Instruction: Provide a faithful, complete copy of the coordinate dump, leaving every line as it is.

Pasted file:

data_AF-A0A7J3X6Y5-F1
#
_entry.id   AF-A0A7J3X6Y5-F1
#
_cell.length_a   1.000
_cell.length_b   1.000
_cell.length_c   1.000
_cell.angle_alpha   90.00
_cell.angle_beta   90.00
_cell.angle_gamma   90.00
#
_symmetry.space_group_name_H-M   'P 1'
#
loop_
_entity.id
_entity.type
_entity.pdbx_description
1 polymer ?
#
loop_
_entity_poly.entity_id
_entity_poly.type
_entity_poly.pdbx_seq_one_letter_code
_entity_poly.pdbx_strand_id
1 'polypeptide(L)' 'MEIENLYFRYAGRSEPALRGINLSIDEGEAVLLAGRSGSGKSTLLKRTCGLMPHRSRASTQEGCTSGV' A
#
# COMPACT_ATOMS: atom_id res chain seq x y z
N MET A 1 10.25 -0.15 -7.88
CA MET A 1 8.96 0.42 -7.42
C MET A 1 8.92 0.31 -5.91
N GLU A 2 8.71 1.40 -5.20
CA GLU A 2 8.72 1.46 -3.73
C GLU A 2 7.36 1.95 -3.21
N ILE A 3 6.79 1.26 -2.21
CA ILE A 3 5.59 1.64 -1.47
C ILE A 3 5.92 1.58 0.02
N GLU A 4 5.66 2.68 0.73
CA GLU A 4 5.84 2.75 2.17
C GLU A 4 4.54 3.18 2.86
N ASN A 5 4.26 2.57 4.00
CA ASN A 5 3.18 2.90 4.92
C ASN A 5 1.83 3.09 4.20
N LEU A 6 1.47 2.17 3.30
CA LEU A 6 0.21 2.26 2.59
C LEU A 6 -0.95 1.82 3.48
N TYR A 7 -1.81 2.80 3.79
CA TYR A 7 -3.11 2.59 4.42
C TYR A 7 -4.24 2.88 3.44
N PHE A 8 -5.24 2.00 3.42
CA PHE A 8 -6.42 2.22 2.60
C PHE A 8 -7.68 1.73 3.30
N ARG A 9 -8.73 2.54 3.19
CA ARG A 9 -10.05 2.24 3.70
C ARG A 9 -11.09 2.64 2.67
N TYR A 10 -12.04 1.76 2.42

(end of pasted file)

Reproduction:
data_AF-A0A7J3X6Y5-F1
#
_entry.id   AF-A0A7J3X6Y5-F1
#
_cell.length_a   1.000
_cell.length_b   1.000
_cell.length_c   1.000
_cell.angle_alpha   90.00
_cell.angle_beta   90.00
_cell.angle_gamma   90.00
#
_symmetry.space_group_name_H-M   'P 1'
#
loop_
_entity.id
_entity.type
_entity.pdbx_description
1 polymer ?
#
loop_
_entity_poly.entity_id
_entity_poly.type
_entity_poly.pdbx_seq_one_letter_code
_entity_poly.pdbx_strand_id
1 'polypeptide(L)' 'MEIENLYFRYAGRSEPALRGINLSIDEGEAVLLAGRSGSGKSTLLKRTCGLMPHRSRASTQEGCTSGV' A
#
# COMPACT_ATOMS: atom_id res chain seq x y z
N MET A 1 10.25 -0.15 -7.88
CA MET A 1 8.96 0.42 -7.42
C MET A 1 8.92 0.31 -5.91
N GLU A 2 8.71 1.40 -5.20
CA GLU A 2 8.72 1.46 -3.73
C GLU A 2 7.36 1.95 -3.21
N ILE A 3 6.79 1.26 -2.21
CA ILE A 3 5.59 1.64 -1.47
C ILE A 3 5.92 1.58 0.02
N GLU A 4 5.66 2.68 0.73
CA GLU A 4 5.84 2.75 2.17
C GLU A 4 4.54 3.18 2.86
N ASN A 5 4.26 2.57 4.00
CA ASN A 5 3.18 2.90 4.92
C ASN A 5 1.83 3.09 4.20
N LEU A 6 1.47 2.17 3.30
CA LEU A 6 0.21 2.26 2.59
C LEU A 6 -0.95 1.82 3.48
N TYR A 7 -1.81 2.80 3.79
CA TYR A 7 -3.11 2.59 4.42
C TYR A 7 -4.24 2.88 3.44
N PHE A 8 -5.24 2.00 3.42
CA PHE A 8 -6.42 2.22 2.60
C PHE A 8 -7.68 1.73 3.30
N ARG A 9 -8.73 2.54 3.19
CA ARG A 9 -10.05 2.24 3.70
C ARG A 9 -11.09 2.64 2.67
N TYR A 10 -12.04 1.76 2.42